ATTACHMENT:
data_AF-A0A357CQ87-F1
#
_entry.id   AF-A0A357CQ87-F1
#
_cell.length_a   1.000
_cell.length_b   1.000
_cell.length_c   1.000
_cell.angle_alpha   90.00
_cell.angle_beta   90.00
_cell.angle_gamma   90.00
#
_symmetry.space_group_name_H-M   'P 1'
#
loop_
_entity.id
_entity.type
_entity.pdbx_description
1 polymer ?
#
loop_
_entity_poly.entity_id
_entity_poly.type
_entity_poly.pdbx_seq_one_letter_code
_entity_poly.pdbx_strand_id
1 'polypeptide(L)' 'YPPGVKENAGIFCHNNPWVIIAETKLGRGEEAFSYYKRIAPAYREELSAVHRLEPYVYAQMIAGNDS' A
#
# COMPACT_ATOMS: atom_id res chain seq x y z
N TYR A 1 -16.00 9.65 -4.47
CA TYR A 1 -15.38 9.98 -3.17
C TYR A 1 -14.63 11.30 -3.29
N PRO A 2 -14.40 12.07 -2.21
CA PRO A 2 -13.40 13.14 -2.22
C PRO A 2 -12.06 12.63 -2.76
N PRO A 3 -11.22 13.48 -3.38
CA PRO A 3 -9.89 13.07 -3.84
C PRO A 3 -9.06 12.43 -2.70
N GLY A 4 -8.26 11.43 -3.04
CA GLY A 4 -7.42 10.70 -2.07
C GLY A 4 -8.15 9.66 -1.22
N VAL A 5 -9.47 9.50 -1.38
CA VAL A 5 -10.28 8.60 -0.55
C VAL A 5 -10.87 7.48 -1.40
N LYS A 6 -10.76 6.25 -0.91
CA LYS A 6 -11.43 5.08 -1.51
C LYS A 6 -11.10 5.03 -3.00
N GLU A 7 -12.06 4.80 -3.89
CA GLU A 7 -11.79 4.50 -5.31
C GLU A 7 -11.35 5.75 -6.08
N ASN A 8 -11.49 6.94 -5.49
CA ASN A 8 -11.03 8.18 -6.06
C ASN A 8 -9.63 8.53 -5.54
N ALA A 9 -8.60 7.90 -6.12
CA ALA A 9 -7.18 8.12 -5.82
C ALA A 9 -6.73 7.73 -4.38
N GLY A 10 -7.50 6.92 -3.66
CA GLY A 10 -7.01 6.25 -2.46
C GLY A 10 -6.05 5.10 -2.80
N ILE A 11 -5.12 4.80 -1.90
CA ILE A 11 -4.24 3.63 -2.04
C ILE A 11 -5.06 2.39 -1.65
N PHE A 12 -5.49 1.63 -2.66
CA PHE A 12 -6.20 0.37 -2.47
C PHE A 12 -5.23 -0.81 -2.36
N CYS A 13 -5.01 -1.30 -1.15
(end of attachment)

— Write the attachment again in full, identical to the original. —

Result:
data_AF-A0A357CQ87-F1
#
_entry.id   AF-A0A357CQ87-F1
#
_cell.length_a   1.000
_cell.length_b   1.000
_cell.length_c   1.000
_cell.angle_alpha   90.00
_cell.angle_beta   90.00
_cell.angle_gamma   90.00
#
_symmetry.space_group_name_H-M   'P 1'
#
loop_
_entity.id
_entity.type
_entity.pdbx_description
1 polymer ?
#
loop_
_entity_poly.entity_id
_entity_poly.type
_entity_poly.pdbx_seq_one_letter_code
_entity_poly.pdbx_strand_id
1 'polypeptide(L)' 'YPPGVKENAGIFCHNNPWVIIAETKLGRGEEAFSYYKRIAPAYREELSAVHRLEPYVYAQMIAGNDS' A
#
# COMPACT_ATOMS: atom_id res chain seq x y z
N TYR A 1 -16.00 9.65 -4.47
CA TYR A 1 -15.38 9.98 -3.17
C TYR A 1 -14.63 11.30 -3.29
N PRO A 2 -14.40 12.07 -2.21
CA PRO A 2 -13.40 13.14 -2.22
C PRO A 2 -12.06 12.63 -2.76
N PRO A 3 -11.22 13.48 -3.38
CA PRO A 3 -9.89 13.07 -3.84
C PRO A 3 -9.06 12.43 -2.70
N GLY A 4 -8.26 11.43 -3.04
CA GLY A 4 -7.42 10.70 -2.07
C GLY A 4 -8.15 9.66 -1.22
N VAL A 5 -9.47 9.50 -1.38
CA VAL A 5 -10.28 8.60 -0.55
C VAL A 5 -10.87 7.48 -1.40
N LYS A 6 -10.76 6.25 -0.91
CA LYS A 6 -11.43 5.08 -1.51
C LYS A 6 -11.10 5.03 -3.00
N GLU A 7 -12.06 4.80 -3.89
CA GLU A 7 -11.79 4.50 -5.31
C GLU A 7 -11.35 5.75 -6.08
N ASN A 8 -11.49 6.94 -5.49
CA ASN A 8 -11.03 8.18 -6.06
C ASN A 8 -9.63 8.53 -5.54
N ALA A 9 -8.60 7.90 -6.12
CA ALA A 9 -7.18 8.12 -5.82
C ALA A 9 -6.73 7.73 -4.38
N GLY A 10 -7.50 6.92 -3.66
CA GLY A 10 -7.01 6.25 -2.46
C GLY A 10 -6.05 5.10 -2.80
N ILE A 11 -5.12 4.80 -1.90
CA ILE A 11 -4.24 3.63 -2.04
C ILE A 11 -5.06 2.39 -1.65
N PHE A 12 -5.49 1.63 -2.66
CA PHE A 12 -6.20 0.37 -2.47
C PHE A 12 -5.23 -0.81 -2.36
N CYS A 13 -5.01 -1.30 -1.15